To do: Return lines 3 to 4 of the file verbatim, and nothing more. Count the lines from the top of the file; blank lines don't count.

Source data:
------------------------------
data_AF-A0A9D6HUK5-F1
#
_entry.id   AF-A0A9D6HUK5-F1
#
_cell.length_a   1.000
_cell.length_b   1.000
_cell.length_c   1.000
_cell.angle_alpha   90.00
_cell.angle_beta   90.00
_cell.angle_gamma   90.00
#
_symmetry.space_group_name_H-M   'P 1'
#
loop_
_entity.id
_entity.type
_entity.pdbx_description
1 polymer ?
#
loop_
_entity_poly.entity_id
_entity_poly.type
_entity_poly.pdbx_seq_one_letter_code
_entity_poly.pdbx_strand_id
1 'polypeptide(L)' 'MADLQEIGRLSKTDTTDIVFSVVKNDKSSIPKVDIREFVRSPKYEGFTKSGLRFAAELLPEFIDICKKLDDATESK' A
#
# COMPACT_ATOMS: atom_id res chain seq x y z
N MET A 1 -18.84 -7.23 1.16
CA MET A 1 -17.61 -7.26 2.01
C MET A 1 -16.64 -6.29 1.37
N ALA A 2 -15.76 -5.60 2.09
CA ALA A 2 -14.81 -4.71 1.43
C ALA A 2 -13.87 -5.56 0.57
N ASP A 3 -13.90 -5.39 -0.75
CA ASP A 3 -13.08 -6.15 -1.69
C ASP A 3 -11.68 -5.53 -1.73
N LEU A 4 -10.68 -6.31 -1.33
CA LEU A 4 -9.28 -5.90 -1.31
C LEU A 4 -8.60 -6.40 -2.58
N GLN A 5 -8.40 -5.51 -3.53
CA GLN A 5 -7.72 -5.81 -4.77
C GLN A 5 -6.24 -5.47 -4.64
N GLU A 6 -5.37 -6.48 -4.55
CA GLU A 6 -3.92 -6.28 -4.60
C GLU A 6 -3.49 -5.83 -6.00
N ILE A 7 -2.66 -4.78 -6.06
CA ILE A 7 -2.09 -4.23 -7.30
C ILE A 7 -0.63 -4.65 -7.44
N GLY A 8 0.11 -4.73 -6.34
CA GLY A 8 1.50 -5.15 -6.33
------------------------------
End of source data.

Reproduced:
_entry.id   AF-A0A9D6HUK5-F1
#